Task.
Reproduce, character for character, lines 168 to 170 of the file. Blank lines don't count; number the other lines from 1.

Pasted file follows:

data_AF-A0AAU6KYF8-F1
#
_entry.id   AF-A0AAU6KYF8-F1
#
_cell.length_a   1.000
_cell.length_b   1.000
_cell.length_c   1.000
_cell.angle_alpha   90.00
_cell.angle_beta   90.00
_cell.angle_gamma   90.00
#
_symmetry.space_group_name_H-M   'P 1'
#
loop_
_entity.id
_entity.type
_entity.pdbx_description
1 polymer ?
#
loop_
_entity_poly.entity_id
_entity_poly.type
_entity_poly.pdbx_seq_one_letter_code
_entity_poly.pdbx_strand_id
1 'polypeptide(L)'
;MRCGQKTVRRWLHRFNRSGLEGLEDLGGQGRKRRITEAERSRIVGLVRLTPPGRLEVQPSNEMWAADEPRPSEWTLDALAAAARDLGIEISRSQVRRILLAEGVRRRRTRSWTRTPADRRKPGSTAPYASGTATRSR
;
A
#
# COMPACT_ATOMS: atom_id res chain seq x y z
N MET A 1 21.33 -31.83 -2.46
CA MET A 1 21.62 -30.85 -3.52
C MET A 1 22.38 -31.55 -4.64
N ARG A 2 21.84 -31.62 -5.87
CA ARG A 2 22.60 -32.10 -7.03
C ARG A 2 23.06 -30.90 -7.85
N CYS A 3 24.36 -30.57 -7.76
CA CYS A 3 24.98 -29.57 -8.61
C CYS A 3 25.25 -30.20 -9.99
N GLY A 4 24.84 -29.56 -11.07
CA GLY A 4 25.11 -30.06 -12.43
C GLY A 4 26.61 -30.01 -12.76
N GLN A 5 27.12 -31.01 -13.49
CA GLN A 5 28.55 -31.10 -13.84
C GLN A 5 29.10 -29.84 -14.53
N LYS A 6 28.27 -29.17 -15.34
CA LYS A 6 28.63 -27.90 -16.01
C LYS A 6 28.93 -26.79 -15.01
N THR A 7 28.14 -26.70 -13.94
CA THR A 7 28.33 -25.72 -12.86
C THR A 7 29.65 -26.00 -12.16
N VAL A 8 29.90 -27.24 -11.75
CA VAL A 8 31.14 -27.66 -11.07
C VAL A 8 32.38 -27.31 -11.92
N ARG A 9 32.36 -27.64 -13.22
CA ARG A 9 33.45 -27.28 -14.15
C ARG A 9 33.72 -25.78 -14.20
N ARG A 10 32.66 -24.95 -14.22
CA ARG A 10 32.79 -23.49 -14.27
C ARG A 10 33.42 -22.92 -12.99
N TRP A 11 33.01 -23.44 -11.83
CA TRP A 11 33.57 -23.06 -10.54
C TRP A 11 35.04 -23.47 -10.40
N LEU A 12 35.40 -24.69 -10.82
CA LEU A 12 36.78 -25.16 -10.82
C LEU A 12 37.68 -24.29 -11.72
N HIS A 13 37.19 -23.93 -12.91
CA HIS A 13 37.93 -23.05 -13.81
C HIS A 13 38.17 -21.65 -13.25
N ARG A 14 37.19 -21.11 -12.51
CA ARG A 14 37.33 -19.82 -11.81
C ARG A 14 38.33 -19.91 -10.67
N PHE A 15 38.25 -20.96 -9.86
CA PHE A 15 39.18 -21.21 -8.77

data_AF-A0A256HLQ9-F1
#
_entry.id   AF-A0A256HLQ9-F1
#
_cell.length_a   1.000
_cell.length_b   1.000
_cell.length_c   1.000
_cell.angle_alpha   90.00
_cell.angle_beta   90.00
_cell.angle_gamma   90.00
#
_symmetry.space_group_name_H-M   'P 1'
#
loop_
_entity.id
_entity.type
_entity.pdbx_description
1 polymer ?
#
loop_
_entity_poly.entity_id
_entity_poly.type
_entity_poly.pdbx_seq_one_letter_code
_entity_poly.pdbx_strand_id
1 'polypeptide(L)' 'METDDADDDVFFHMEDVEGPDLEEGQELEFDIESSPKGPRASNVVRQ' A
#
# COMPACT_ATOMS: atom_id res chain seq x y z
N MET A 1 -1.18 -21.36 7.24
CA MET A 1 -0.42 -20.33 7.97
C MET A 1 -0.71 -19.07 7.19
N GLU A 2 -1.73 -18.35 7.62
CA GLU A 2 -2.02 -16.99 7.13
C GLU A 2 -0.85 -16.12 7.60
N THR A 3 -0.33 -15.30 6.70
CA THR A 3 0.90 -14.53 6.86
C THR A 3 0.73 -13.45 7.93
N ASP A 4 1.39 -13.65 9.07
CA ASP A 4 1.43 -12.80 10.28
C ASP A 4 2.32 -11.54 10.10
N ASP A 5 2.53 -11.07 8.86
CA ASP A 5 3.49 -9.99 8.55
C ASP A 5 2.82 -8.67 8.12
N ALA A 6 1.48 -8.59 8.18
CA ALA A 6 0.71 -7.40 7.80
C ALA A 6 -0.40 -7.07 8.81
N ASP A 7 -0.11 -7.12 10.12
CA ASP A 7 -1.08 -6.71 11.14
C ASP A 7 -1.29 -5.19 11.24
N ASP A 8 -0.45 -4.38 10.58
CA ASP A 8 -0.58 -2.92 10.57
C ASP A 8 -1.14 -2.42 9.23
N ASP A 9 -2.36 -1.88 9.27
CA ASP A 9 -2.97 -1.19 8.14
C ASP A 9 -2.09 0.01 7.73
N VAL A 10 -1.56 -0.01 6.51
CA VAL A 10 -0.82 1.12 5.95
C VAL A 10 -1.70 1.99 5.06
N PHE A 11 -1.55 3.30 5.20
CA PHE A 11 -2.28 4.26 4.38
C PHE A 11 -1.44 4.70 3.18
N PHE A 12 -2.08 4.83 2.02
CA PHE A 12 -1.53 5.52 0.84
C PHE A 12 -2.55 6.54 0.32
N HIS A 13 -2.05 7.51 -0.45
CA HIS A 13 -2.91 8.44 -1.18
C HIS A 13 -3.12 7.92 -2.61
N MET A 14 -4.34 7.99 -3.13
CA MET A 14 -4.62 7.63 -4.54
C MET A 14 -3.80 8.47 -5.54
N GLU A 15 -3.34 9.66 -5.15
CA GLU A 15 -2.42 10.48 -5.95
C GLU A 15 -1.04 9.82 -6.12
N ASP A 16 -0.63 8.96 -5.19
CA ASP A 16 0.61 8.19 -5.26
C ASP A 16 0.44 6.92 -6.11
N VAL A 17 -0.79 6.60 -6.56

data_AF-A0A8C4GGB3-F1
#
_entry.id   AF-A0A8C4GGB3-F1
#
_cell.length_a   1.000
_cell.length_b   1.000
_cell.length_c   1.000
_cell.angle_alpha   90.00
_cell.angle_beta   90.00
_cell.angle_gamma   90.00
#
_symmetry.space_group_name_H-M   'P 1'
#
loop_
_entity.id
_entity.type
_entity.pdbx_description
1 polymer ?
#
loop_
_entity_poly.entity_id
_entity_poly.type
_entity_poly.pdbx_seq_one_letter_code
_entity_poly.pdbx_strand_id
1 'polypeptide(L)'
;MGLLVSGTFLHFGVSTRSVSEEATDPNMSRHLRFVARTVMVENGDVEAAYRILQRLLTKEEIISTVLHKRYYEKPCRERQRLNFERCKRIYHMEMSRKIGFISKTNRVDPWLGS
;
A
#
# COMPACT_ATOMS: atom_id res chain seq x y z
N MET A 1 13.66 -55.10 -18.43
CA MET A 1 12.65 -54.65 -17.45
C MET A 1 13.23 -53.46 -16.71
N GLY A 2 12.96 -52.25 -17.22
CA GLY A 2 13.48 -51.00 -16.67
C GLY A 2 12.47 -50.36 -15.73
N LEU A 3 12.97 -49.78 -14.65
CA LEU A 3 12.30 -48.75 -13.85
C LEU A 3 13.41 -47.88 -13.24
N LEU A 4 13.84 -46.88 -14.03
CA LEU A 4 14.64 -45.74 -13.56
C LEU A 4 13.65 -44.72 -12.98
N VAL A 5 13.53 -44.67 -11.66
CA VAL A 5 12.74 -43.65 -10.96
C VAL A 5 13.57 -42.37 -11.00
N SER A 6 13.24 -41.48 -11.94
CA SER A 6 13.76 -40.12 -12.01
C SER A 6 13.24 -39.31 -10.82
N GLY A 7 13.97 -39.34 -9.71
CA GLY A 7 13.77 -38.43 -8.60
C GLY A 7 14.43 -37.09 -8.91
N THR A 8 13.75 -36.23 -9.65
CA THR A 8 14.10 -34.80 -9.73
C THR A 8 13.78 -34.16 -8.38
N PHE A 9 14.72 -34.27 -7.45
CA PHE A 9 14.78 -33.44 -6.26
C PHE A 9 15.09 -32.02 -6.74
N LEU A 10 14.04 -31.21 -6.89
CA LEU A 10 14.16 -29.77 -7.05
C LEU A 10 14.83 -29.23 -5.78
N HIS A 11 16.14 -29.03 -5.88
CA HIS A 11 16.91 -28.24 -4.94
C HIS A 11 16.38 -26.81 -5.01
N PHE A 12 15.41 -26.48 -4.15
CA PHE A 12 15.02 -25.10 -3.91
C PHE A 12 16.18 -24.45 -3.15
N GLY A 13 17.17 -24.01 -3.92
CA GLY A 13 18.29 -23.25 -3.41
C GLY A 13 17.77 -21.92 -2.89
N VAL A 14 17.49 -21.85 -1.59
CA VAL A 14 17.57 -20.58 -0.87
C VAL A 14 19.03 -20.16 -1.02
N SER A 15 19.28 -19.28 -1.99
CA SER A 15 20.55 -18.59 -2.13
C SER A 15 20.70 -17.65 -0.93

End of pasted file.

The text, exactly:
1 polymer ?
#
loop_